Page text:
When I feel that a panic attack is starting, the best way for me to stave it off is to distract my mind - this can be difficult to do as I'm aware of the impending panic and it feels like I'm racing against myself for control of my mind, desperately trying to help my "sane mind" to beat my "panicked mind"!

I have tried lots of distraction techniques over the years but the one that work best for me is to be drawn into a conversation about a topic that interests me  - Jon knows this and so we have developed a "Keyword" which I use to let him know that I am starting to feel panicky, and so he then tries to draw me into a conversation - this is a particularly useful approach if we're in public or with other people as its a way of asking for help without needing to let anybody else know whats happening!

I have also found that drawing myself into something light hearted and funny is a perfect distraction - for me the TV show "Friends" has always been my go-to as I know its fun and easy to watch - when I feel panic starting, often just putting a Friends DVD on can ease me out of it before it gets a grip.

4. Breathing Techniques

Of course there are times when the distraction techniques don't work and the panic does get a grip of me - when this happens and an attack is in full swing, the only way to get out of it is with controlled breathing.

My therapist taught me to always remove my shoes and socks, place my feet firmly on the ground and sit up straight - preferably with my back against a wall if possible as this encourages us to sit up as straight as possible and makes breathing easier.

Having our feet firmly on the floor helps to give us a feeling of being grounded - while taking slow and steady breathes in through my nose and out through my mouth, I close my eyes and try to visualise the panic in me as a blue light, I try to visualise where in my body the panic is located and then imagine that blue light drifting down my body, down my legs and out from the soles of my feet into the ground.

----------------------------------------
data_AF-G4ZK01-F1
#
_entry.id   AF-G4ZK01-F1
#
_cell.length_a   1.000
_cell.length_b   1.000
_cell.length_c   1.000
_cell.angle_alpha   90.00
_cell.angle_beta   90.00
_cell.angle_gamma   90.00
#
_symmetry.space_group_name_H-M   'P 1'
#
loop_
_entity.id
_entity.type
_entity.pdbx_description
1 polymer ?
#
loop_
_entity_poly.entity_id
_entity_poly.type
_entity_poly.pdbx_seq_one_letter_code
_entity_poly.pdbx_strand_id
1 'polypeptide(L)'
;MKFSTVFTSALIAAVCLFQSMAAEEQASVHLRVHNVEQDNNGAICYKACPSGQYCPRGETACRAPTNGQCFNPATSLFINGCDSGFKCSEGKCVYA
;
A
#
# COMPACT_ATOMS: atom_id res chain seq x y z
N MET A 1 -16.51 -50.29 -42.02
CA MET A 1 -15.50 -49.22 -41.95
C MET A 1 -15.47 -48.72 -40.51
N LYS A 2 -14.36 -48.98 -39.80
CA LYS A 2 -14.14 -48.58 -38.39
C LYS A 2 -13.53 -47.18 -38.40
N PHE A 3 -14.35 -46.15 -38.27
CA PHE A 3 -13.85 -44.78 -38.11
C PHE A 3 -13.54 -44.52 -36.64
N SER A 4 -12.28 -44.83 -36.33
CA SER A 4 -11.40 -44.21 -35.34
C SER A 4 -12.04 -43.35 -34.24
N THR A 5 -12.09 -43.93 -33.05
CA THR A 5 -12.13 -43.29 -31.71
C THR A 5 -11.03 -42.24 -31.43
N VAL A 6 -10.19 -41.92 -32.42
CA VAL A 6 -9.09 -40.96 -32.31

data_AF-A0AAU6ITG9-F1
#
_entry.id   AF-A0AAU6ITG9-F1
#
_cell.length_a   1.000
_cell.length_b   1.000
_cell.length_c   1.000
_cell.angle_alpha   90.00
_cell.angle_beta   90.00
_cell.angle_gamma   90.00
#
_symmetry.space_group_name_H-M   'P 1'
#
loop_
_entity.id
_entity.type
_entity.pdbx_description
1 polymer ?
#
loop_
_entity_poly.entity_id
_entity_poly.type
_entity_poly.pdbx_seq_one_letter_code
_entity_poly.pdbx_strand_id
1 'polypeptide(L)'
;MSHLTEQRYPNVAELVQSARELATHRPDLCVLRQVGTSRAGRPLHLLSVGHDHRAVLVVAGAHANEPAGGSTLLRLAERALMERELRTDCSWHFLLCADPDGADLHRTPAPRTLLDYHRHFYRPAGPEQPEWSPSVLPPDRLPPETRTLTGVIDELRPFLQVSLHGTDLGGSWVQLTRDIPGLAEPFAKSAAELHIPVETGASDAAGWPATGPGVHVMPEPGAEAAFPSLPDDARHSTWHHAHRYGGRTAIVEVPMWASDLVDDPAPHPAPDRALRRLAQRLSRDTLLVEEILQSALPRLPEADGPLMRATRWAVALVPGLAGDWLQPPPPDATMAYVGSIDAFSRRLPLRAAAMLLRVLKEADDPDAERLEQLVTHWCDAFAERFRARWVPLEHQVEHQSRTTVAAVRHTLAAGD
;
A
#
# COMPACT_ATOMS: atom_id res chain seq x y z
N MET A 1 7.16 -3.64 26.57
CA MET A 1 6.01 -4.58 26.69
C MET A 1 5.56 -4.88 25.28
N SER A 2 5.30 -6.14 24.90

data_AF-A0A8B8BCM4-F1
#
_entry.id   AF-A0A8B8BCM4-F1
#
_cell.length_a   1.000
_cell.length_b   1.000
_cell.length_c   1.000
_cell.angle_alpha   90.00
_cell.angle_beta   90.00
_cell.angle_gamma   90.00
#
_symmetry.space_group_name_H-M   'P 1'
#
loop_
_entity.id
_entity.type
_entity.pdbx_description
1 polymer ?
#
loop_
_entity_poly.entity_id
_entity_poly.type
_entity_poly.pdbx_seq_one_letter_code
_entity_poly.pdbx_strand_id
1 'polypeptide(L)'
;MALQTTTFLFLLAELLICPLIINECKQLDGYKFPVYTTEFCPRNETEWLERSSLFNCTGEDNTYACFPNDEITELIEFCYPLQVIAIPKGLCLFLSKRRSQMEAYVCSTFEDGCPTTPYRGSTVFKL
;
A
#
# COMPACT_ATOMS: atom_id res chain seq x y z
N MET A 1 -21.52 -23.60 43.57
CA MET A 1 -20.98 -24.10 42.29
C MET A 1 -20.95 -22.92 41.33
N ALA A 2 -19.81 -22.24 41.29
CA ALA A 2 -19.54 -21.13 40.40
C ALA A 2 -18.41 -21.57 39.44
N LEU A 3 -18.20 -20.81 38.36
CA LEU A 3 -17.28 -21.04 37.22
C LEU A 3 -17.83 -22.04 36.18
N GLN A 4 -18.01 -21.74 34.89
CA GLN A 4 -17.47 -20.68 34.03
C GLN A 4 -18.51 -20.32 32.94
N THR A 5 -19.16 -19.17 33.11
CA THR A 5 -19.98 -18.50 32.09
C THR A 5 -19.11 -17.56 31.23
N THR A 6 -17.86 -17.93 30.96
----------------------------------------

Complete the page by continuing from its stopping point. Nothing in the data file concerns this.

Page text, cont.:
Another technique that was recently recommended to me by a reader on my Facebook page is square breathing - to do this you locate a square object in your line of vision and then breathe in as you trace the top line with your eyes, and then out along the side line - you repeat this around the square as many times as necessary. I tried this recently as I felt a panic attack start and found it worked very well! Thank you to the lady who suggested this!

5. Herbal Remedies

As I mentioned, I have personally chosen to try to manage my anxiety without medication after having some negative experiences previously - however there are many herbal remedies on the market which I have found quite useful.

Kalms tablets and Rescue remedy drops are products that I always have to hand, and the drops in particular are something I find particularly helpful if I start to feel panicked when out and about as they are discreet to use and carry with me and I find that the physical act of putting drops onto my tongue helps to convince me that I'm taking action against the panic and seems to therefore ease it.

I also find chamomile tea very calming to sip on when I feel panicked.

I hope that these tips can be helpful to any of you who find yourselves suffering with panic, please leave a comment and let me know if you have any tips or techniques of your own as I am always keen to hear how other people handle their attacks and try out new suggestions.